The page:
My oak trim is built up from four pieces. The base and cap are 5/8” and are attached with 2” 16 and 18 gauge finish nails. The mid rail is attached with hidden 18 gauge brads angled into the base/studs. The shoe molding is 5/16” and is attached with 1” 23 gauge pins.

View BilltheDiver's profile

BilltheDiver

227 posts in 1489 days


#11 posted 106 days ago

I also enjoy using a 23 gauge pinner. I have a Grex. Since the pins are headless, the trick is to alternate angling them into the wood rather than shooting straight in. The pins are also inexpensive so you can use a lot of them.

-- "Measure twice, cut once, count fingers"

View pintodeluxe's profile

pintodeluxe

3279 posts in 1417 days


#12 posted 106 days ago

18 gauge will work for both pieces of trim. I have a Bostitch 1855K 2” brad nailer that I have really been pleased with. It’s a good reliable gun. 15 and 16 gauge guns were the industry standard for years, but now that 18 gauge nailers are widely available with 2” fasteners, they are gaining in popularity.
On the few rare occasions I have had to knock something apart, I realized how much holding power these little nails have.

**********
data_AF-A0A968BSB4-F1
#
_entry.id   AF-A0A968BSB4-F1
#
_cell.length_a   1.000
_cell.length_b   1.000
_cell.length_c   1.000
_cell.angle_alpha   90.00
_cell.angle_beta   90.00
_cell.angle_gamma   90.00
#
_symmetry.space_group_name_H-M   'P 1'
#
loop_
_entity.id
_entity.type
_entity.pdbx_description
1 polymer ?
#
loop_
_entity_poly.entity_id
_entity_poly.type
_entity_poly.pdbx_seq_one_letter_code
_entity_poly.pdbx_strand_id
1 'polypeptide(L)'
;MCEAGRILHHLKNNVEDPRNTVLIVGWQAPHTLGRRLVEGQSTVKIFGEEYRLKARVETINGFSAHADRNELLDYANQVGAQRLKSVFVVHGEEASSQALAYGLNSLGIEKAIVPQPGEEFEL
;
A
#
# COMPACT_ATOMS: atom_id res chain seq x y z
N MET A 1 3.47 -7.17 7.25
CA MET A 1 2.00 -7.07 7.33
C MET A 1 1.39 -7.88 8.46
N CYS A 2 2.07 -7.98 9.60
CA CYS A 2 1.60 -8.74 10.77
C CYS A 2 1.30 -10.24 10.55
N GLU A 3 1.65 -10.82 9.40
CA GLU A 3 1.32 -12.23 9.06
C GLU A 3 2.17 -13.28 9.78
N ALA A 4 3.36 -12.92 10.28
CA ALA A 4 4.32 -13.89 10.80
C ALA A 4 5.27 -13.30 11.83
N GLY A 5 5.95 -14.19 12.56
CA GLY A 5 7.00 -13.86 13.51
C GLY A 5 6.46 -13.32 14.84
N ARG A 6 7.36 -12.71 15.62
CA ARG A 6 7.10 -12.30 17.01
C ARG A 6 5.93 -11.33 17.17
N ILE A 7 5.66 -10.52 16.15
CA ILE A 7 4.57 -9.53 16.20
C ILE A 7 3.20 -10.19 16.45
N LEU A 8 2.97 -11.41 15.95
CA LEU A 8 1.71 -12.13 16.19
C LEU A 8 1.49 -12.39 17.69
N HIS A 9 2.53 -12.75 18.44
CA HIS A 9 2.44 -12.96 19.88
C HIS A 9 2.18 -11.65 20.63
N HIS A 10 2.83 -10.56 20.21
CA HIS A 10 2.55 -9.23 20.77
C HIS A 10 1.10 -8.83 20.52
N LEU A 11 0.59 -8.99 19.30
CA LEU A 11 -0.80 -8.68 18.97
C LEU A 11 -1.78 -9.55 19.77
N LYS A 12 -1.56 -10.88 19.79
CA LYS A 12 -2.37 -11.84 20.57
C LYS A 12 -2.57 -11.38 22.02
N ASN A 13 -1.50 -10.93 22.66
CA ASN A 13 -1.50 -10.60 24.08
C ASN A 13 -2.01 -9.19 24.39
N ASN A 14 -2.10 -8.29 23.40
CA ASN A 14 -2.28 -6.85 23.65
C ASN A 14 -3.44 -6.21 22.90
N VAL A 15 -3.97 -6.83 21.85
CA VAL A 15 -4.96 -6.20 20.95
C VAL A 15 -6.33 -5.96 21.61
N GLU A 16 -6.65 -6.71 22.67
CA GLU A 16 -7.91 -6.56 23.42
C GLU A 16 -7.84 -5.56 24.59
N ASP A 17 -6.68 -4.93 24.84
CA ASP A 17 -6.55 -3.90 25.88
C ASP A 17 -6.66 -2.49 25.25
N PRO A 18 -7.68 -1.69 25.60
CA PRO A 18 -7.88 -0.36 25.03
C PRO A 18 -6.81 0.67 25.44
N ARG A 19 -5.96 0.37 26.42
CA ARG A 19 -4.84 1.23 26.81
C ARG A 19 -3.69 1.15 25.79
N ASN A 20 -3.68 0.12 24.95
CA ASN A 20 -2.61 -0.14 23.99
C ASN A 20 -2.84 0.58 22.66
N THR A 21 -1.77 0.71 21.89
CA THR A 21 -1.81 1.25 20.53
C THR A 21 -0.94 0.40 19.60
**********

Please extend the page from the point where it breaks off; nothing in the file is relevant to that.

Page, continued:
-- Willie, Washington "If You Choose Not To Decide, You Still Have Made a Choice" - Rush

View Richard's profile

Richard

799 posts in 1294 days


#13 posted 106 days ago

I agree with Len that a 23 gauge pin nailer is great for use on very small trim to prevent splitting it. And as bill said if you alternate angling them into the wood rather than shooting straight in they will hold just as good as larger brads but putting a thin layer of glue on small trim couldn’t hurt either.
I got a 23 gauge pin nailer from HF since I didn’t think I would use it much and the price was under $20. But I have found myself useing it more often than I expected and it has held up really well.

View Shawn Masterson's profile

Shawn Masterson

1243 posts in 552 days


#14 posted 106 days ago

I have some advice on the splitting issue. When nailing with a T head nail, if you rotate the gun to fire the nail with T running with the grain you are less likely to have a split. I believe the reason for most splitting is the driver hitting the wood. if it is perpendicular with the grain then it is likely to split. If you rotate the gun 90* it is less likely to split the material. I showed this to a guy on the last job sight I was on and he was dumbfounded. Try it for yourself it has worked for me.